Dirt and motocross bikes are very similar to each other. They are both built to be used on all terrain race tracks that may be made of mud, dirt and similar substances. A person can often spot a dirt bike by looking at it closely. It will have a much beefier body than its motocross counterpart. Dirt bikes are bigger in terms of both appearance and performance. They will be heavier and able to handle higher quantities of fuel.
Motocross bikes are made for a very specific controlled racing environment. Due to this their design is more concerned with power than safety issues. In the world of motocross the track can be adapted to make the bike safer, not the other way around.
In contrast dirt bikes are made for more natural trails that can not be adjusted. Therefore the bike itself needs to be able to change depending on the conditions of the course. Dirt bikes tend to have lower maximum speeds due to their high pick ups. However, the suspension of these bikes is far more powerful. They also tend to have headlights built in for driving in the dark. Motocross bikes do not generally need these lights as the race will likely be held indoors with artificial lighting instead.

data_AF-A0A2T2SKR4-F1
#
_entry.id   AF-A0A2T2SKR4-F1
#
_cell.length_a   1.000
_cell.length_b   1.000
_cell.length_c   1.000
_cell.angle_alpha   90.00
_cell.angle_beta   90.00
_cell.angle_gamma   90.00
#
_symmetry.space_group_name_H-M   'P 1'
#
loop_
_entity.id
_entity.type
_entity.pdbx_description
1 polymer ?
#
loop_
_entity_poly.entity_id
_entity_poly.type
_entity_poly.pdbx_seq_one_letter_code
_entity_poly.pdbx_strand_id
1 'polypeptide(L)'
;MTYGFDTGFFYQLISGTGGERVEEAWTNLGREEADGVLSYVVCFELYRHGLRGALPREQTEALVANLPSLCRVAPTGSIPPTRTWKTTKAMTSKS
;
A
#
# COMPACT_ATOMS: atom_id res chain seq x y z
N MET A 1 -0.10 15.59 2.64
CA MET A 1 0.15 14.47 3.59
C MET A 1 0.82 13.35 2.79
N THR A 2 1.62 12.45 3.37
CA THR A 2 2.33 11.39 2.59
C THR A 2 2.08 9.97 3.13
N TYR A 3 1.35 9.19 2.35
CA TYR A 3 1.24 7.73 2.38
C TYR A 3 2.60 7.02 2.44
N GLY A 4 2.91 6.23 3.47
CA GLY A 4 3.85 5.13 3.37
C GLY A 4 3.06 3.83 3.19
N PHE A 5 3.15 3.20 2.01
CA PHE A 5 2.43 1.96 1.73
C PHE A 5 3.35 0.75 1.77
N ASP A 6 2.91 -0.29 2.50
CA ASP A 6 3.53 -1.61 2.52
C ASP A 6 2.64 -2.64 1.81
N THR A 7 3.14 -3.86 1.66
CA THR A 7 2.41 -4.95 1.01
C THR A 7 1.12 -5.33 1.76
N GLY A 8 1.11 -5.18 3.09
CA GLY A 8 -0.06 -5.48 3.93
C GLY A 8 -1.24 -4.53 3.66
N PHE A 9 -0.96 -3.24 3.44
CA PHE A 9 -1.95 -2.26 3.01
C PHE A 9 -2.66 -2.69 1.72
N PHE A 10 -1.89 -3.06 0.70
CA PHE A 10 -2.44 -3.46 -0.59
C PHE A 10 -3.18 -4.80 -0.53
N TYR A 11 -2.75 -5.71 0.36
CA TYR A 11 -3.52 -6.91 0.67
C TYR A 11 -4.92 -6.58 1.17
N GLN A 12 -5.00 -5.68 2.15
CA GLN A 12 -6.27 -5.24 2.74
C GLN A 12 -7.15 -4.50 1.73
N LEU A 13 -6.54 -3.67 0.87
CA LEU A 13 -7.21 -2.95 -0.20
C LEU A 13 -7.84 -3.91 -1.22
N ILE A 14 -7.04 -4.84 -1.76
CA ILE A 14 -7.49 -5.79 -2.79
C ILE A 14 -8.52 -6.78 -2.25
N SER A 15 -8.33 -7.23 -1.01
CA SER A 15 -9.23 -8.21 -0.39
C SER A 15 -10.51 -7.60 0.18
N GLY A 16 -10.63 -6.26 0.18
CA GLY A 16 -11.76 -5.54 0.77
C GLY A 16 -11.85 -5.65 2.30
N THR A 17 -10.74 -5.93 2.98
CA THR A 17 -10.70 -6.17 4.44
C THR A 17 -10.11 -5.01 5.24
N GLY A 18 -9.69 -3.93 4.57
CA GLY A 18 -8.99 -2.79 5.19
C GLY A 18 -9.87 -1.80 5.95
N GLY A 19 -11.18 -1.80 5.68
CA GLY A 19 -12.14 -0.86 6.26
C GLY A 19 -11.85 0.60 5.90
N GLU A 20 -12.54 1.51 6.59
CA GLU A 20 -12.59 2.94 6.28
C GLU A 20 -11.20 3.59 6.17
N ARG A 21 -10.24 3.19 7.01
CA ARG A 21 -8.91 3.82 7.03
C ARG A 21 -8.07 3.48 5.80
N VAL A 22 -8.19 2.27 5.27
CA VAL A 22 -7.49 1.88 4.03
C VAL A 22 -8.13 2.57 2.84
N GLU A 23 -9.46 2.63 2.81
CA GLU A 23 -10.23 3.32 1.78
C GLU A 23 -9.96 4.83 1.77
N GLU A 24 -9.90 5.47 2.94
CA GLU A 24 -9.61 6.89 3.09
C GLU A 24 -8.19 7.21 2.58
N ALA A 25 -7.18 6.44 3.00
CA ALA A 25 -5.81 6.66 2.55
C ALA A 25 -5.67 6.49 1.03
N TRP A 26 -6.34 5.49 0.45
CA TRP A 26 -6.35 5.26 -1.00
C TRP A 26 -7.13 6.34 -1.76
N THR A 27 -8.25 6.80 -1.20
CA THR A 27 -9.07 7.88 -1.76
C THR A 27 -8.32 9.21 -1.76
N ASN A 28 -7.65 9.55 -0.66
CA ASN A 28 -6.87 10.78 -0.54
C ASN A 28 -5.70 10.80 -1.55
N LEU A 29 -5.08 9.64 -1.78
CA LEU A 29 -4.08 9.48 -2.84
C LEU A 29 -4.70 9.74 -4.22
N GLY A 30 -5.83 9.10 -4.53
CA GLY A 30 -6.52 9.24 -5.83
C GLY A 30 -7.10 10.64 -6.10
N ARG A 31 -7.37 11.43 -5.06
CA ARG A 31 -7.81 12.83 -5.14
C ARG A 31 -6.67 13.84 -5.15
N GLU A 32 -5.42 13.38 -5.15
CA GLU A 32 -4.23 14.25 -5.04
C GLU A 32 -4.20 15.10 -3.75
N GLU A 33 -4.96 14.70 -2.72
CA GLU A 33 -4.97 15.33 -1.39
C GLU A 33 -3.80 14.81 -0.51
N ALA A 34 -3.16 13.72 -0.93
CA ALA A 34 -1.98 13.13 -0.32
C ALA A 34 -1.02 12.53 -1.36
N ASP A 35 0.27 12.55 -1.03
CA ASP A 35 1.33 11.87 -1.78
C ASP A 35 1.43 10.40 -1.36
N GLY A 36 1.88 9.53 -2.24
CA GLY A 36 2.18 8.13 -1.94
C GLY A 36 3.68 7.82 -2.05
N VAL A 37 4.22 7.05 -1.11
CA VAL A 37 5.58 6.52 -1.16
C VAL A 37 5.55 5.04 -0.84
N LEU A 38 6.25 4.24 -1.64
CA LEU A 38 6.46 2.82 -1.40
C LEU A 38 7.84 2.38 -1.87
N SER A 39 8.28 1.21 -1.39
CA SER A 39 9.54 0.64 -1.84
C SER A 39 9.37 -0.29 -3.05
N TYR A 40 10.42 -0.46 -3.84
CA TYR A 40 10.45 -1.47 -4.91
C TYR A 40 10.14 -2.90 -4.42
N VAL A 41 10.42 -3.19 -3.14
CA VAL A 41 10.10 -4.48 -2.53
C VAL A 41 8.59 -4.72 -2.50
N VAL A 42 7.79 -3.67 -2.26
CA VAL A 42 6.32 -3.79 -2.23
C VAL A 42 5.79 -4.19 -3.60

Since dirt bikes ride in natural environments they have more shielding on them. The main areas to protect are the engine, as well as the hands of the rider. “Bark busters” are ideal in this regard. They prevent damage caused by tree bark and other large debris. A motocross bike will be visibly lacking in shielding.
Motocross bikes are built for sharper turns whereas dirt bikes are more about endurance. Because of this, a motocross bike will have much narrower gear ratios. A dirt bike will often go long stretches without the need for changing gear, so their design is not such an issue.
The exhausts are also built differently. Even though dirt bikes are only intended for races they may still cross roads on occasion. Therefore they need to conform to road standards. This apples to the level of noise that they make. These levels are reduced through engineering.
Motocross bikes do not face this issue. Their engines are known for their loud power. In fact this is part of their wide appeal. They tend to not have any mufflers or other silencing devices.